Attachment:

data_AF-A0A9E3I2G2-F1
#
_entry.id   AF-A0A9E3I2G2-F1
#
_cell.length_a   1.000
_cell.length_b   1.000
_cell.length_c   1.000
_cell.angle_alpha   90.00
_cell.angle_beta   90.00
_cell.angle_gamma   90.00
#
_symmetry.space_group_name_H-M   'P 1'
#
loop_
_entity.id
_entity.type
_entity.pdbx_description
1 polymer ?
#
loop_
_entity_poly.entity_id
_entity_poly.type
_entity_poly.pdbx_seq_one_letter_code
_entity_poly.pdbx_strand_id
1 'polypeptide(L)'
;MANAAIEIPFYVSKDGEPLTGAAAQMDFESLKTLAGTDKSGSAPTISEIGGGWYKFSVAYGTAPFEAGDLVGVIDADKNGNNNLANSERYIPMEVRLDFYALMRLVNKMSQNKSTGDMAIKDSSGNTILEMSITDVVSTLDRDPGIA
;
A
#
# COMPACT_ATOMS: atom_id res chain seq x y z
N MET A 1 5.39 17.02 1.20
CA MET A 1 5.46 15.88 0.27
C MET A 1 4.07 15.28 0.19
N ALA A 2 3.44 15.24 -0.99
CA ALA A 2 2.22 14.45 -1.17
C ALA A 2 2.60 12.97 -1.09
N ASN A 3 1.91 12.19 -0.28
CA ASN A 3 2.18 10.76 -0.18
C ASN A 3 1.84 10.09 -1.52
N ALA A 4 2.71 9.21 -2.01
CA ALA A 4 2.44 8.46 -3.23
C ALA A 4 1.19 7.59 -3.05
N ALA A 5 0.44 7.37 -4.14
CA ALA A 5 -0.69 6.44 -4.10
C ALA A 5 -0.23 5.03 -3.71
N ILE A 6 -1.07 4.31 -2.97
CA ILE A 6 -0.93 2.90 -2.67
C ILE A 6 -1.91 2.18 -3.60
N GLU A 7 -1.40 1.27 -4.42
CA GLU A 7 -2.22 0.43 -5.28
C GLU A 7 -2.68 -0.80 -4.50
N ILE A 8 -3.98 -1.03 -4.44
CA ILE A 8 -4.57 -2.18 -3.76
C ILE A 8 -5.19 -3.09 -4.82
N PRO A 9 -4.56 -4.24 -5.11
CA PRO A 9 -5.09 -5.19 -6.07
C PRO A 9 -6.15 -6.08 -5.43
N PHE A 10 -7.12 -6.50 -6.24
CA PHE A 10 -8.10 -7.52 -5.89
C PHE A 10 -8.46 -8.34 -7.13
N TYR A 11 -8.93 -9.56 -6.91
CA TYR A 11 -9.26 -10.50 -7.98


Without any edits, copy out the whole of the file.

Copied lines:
data_AF-A0A9E3I2G2-F1
#
_entry.id   AF-A0A9E3I2G2-F1
#
_cell.length_a   1.000
_cell.length_b   1.000
_cell.length_c   1.000
_cell.angle_alpha   90.00
_cell.angle_beta   90.00
_cell.angle_gamma   90.00
#
_symmetry.space_group_name_H-M   'P 1'
#
loop_
_entity.id
_entity.type
_entity.pdbx_description
1 polymer ?
#
loop_
_entity_poly.entity_id
_entity_poly.type
_entity_poly.pdbx_seq_one_letter_code
_entity_poly.pdbx_strand_id
1 'polypeptide(L)'
;MANAAIEIPFYVSKDGEPLTGAAAQMDFESLKTLAGTDKSGSAPTISEIGGGWYKFSVAYGTAPFEAGDLVGVIDADKNGNNNLANSERYIPMEVRLDFYALMRLVNKMSQNKSTGDMAIKDSSGNTILEMSITDVVSTLDRDPGIA
;
A
#
# COMPACT_ATOMS: atom_id res chain seq x y z
N MET A 1 5.39 17.02 1.20
CA MET A 1 5.46 15.88 0.27
C MET A 1 4.07 15.28 0.19
N ALA A 2 3.44 15.24 -0.99
CA ALA A 2 2.22 14.45 -1.17
C ALA A 2 2.60 12.97 -1.09
N ASN A 3 1.91 12.19 -0.28
CA ASN A 3 2.18 10.76 -0.18
C ASN A 3 1.84 10.09 -1.52
N ALA A 4 2.71 9.21 -2.01
CA ALA A 4 2.44 8.46 -3.23
C ALA A 4 1.19 7.59 -3.05
N ALA A 5 0.44 7.37 -4.14
CA ALA A 5 -0.69 6.44 -4.10
C ALA A 5 -0.23 5.03 -3.71
N ILE A 6 -1.07 4.31 -2.97
CA ILE A 6 -0.93 2.90 -2.67
C ILE A 6 -1.91 2.18 -3.60
N GLU A 7 -1.40 1.27 -4.42
CA GLU A 7 -2.22 0.43 -5.28
C GLU A 7 -2.68 -0.80 -4.50
N ILE A 8 -3.98 -1.03 -4.44
CA ILE A 8 -4.57 -2.18 -3.76
C ILE A 8 -5.19 -3.09 -4.82
N PRO A 9 -4.56 -4.24 -5.11
CA PRO A 9 -5.09 -5.19 -6.07
C PRO A 9 -6.15 -6.08 -5.43
N PHE A 10 -7.12 -6.50 -6.24
CA PHE A 10 -8.10 -7.52 -5.89
C PHE A 10 -8.46 -8.34 -7.13
N TYR A 11 -8.93 -9.56 -6.91
CA TYR A 11 -9.26 -10.50 -7.98